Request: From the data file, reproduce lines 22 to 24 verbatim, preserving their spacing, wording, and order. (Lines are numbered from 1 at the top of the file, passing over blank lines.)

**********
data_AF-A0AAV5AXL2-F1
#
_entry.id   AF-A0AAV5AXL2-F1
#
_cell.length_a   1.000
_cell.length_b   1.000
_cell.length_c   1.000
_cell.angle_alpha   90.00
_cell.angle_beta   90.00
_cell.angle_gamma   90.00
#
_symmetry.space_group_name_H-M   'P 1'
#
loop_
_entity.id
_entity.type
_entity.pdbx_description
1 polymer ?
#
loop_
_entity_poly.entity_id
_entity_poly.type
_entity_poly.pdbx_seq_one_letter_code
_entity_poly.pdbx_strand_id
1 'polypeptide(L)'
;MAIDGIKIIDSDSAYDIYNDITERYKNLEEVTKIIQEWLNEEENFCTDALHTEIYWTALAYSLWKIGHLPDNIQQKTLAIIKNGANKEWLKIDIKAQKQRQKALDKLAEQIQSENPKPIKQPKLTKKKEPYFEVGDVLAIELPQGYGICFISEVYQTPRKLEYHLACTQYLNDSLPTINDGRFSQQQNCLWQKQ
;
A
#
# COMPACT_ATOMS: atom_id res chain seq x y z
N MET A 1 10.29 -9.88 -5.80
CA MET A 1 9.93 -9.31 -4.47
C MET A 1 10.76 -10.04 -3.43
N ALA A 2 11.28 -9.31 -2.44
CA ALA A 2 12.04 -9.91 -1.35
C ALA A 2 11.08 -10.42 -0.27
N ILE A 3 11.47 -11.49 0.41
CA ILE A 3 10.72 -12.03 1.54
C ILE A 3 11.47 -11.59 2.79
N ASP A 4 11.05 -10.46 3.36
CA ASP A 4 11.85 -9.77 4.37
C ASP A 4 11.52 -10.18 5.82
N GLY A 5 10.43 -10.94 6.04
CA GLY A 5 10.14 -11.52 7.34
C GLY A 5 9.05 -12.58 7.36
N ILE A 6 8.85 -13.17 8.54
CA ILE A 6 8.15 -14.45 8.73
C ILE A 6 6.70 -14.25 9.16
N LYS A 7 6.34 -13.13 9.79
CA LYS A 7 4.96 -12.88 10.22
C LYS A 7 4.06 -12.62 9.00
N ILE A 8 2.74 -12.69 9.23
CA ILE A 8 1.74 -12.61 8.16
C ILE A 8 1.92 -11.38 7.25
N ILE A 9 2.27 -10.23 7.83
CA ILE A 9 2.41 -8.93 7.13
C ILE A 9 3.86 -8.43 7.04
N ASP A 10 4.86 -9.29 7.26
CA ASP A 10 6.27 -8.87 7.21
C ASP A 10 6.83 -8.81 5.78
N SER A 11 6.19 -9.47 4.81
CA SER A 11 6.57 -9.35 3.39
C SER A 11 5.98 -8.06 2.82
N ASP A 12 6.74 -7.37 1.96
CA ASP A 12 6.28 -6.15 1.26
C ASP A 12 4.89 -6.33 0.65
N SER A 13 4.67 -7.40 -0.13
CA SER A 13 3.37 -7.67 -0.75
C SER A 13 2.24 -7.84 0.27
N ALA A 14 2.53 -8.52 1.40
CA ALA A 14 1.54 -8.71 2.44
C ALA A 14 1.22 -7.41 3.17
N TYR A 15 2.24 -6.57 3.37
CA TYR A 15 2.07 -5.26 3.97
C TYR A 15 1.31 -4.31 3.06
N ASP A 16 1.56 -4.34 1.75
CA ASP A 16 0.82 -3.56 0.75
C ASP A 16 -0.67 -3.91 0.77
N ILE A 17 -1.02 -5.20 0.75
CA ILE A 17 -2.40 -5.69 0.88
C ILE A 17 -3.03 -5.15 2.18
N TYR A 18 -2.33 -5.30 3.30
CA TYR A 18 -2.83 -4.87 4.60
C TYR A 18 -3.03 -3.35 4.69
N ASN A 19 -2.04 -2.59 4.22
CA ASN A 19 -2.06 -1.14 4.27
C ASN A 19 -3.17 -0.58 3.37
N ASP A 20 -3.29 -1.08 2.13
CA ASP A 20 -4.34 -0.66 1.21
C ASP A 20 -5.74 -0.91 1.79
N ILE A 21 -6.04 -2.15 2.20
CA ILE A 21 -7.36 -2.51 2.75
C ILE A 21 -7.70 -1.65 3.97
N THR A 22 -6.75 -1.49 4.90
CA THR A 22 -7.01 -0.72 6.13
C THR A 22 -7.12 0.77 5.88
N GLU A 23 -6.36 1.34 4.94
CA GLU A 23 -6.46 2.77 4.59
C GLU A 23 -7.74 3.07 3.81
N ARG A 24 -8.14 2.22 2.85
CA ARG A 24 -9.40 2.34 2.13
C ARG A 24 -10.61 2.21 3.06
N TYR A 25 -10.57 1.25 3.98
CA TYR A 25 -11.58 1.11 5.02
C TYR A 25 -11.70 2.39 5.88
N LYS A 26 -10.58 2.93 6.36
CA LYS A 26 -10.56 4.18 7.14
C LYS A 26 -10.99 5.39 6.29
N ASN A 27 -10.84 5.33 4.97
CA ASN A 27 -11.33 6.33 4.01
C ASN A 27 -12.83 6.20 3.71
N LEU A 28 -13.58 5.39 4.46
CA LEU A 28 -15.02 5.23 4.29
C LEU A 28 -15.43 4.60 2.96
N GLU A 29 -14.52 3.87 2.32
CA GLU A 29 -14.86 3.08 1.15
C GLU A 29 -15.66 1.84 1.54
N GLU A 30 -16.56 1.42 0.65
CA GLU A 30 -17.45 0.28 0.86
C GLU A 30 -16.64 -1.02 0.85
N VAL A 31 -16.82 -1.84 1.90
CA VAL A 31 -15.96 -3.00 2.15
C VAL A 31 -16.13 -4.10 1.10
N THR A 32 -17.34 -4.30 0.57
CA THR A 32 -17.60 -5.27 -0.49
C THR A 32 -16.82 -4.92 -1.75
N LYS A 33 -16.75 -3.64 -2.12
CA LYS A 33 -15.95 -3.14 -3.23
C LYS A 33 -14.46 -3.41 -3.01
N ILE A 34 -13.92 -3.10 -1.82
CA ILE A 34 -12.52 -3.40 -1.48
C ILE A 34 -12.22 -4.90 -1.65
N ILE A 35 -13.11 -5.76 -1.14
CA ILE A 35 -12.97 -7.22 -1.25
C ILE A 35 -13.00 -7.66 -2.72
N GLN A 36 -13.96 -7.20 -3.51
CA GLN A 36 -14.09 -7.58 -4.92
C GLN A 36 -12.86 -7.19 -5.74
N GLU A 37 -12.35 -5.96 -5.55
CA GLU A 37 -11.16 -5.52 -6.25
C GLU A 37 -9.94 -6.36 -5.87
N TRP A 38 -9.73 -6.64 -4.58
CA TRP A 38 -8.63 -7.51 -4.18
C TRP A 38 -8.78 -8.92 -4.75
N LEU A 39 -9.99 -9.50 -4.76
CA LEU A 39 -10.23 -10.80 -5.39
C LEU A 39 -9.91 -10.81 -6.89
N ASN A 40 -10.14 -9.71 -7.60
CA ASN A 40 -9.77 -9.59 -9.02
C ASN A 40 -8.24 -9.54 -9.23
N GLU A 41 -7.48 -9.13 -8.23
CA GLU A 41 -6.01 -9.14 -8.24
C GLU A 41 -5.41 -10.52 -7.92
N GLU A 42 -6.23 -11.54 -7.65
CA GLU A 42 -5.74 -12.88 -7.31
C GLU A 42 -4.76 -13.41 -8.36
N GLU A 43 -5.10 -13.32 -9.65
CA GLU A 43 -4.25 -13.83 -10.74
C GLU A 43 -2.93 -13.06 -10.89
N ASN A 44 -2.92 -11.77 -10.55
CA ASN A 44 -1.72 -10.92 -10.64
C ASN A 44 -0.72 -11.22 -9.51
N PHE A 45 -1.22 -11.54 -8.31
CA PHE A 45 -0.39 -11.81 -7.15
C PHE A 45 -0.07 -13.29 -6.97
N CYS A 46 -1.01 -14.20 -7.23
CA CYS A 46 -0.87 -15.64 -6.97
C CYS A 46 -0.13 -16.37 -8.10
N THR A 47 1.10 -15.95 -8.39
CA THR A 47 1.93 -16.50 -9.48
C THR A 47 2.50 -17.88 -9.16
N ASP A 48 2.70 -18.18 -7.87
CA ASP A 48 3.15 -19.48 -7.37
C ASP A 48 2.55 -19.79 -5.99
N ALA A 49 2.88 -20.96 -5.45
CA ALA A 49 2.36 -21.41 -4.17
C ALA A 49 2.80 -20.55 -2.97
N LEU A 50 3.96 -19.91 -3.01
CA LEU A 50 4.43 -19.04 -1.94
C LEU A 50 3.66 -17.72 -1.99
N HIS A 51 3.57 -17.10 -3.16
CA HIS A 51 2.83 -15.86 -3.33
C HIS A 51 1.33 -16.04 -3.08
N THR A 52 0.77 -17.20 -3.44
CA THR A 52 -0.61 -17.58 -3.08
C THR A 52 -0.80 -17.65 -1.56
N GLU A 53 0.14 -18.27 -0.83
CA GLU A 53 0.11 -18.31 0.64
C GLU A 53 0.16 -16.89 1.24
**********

_entity_poly.type
_entity_poly.pdbx_seq_one_letter_code
_entity_poly.pdbx_strand_id